Says Brian Silvey, Creative Director – Interactive Technology, Dimensional Innovations, “The Academy considered what made them stand out amongst other schools, and one of those things was being timeless. And for us, one of the ways to do that is to integrate technology throughout the space.” For the flagship Akerson Theater, Dimensional Innovations began with a 3D model and worked with Christie to determine the AV requirements. They selected six Christie D20WU-HS 20,000 lumen 1DLP laser projectors, a Pandoras Box Server, a Spyder X20 multi-windowing processor and Christie Mystique to provide automated camera-based alignment and recalibration of the projectors.
The system allows the NAAA to use the theater for presentations, review game footage, or watch a movie. Says Silvey of the Christie Spyder X20, “The Spyder takes inputs from the podium at the front of the theater; two Navyowned computers used for presentations; a Blu-ray player; and three more inputs from a computer displaying a feed from the camera we placed on the roof overlooking the bay.” While the Pandoras Box Server ensures that the playback from the projectors is in sync and coordinates with the 7.1 surround sound audio system.
The projectors are enclosed in a soundproofed ceiling cloud, which can lower to allow for maintenance, and they are warped, blended and aligned using Christie Mystique.
Says Silvey, “We’ve had a longstanding relationship with Christie for many of our projection needs. Our familiarity with the product and partnership with the Christie team has allowed us to easily integrate their hardware into our system.” The system is designed so that the NAAA can create their own custom content in the theater and throughout the Center. Says Berst, “Recruiting experiences can become dated really quickly, but the NAAA can update content and keep it fresh.”
The result is a project that the Naval Academy Athletic Association is very happy with. Says Silvey, “The customer was ecstatic. This is just a very special project for them and the donors. You could see a level of emotion and excitement with the NAAA.”
The theater is the “crown jewel” of the Center, says Silvey. It gives visitors a clear picture of what the school has to offer, celebrates the physical mission of the Academy, and the numerous successes the school and athletes have received.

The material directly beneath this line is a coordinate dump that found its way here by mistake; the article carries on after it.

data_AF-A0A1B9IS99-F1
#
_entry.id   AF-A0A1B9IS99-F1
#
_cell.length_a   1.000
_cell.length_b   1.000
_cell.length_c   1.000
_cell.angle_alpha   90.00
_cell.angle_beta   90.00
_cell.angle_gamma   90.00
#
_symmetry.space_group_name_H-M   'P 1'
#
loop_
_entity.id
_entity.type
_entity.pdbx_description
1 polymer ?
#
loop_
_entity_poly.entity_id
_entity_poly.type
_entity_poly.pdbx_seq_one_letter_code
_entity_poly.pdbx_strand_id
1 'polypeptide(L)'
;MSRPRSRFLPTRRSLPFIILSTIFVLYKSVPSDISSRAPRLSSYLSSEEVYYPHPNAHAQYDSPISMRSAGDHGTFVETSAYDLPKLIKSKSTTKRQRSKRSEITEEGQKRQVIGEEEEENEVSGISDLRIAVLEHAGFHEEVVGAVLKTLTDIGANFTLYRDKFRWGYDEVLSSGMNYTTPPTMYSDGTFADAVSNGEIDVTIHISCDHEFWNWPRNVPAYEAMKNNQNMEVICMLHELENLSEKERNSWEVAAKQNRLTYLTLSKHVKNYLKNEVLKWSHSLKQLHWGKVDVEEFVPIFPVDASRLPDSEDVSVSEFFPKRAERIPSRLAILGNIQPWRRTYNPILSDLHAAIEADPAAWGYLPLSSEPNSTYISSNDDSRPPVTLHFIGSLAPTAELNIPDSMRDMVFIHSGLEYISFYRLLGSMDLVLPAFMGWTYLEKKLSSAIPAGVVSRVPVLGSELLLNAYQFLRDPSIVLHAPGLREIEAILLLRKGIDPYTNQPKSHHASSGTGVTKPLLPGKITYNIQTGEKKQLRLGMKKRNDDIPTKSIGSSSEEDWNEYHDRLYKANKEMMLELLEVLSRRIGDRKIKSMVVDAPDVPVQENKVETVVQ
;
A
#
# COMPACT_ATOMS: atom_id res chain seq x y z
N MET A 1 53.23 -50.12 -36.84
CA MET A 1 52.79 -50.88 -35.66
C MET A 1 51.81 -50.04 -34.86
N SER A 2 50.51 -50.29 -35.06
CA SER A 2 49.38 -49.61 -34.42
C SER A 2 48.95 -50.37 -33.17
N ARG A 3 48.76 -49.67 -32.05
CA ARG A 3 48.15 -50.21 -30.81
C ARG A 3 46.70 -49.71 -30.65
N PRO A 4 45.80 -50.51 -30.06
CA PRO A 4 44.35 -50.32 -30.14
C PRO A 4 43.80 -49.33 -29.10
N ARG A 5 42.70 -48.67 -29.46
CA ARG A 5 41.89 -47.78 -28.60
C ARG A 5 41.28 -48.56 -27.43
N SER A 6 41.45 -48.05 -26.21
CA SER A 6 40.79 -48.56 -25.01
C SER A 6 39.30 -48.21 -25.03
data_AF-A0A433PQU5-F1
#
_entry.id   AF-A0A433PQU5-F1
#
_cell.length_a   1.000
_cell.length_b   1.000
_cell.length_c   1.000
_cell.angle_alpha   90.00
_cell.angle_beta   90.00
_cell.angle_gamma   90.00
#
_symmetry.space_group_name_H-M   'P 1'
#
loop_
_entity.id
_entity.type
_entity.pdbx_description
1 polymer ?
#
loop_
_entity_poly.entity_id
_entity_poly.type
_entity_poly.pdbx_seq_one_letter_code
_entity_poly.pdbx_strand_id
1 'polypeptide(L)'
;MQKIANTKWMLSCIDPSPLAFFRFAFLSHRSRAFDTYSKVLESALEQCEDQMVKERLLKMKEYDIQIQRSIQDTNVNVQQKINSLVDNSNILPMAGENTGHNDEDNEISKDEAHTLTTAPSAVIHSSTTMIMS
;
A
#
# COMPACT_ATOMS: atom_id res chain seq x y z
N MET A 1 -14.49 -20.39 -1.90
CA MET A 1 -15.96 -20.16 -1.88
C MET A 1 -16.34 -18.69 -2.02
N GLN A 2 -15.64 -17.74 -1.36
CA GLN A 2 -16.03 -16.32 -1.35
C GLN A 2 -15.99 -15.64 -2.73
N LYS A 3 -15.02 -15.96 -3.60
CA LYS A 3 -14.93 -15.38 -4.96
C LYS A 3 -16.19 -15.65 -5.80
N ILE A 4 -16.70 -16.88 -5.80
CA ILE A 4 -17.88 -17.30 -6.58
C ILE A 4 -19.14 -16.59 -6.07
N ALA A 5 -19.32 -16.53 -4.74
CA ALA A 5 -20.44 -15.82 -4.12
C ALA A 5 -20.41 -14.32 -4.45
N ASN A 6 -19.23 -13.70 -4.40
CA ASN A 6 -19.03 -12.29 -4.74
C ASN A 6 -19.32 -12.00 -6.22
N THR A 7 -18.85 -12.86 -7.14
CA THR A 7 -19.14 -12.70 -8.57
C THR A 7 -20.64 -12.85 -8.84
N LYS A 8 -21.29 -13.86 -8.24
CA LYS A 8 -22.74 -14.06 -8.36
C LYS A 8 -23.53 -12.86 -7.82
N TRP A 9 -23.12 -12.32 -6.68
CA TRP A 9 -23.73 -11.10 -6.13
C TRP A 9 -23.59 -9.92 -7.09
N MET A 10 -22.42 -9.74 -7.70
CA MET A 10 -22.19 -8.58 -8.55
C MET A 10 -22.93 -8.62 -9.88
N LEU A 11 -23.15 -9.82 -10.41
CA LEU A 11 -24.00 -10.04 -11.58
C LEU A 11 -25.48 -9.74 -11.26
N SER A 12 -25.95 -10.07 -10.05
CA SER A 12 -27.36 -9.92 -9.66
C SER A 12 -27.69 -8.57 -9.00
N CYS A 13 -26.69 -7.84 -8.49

“I think something we’ve seen in collegiate and other spaces is, as we emerge from the pandemic, the experinces that people are wanting have to be bigger and better than ever,” Berst adds. “More memorable than it’s ever been before. I think when we’re looking at these designs they need to be unique the organization and institution and designed for them and what sets them apart. We want people to feel special. They’re experiencing something they’ve never experienced. We try to put ourselves in those shoes emotionally, as we build the story.” Many times it’s a story that’s already core to the institution, it just needs to be told.
From his perspective as Senior Director of Sales, Entertainment at Christie, Larry Howard has seen the perennial resilience of entertainment in pandemic, even with live venues largely shut down. He feels that all forms of in-person entertainment and communication will be much in demand. “I believe we have done what we needed to do to get through this past year and become as efficient as we can with the tools we have. They’ll be used going forward—and we will start gathering as soon as we can. That’s part personal opinion and part research.” Howard says large screens—whether projector, LED or hybrid—with complex processing have become actually comfortable to do. “Now the projectors are so good and alignment tools are so good, you can’t find the seams or the blendzones.” The NAAA theater is an example of how accessible it has become to deploy large format experiences, and he expects them to become even more widespread.
“The Akerson Theater is a fantastic resource for current and prospective students and teams,” he concludes. “The Naval Academy Athletic Association has set a new benchmark in recruitment, and we’re thrilled to have worked with Dimensional Innovations to bring this project to fruition. They are an incredibly capable group.”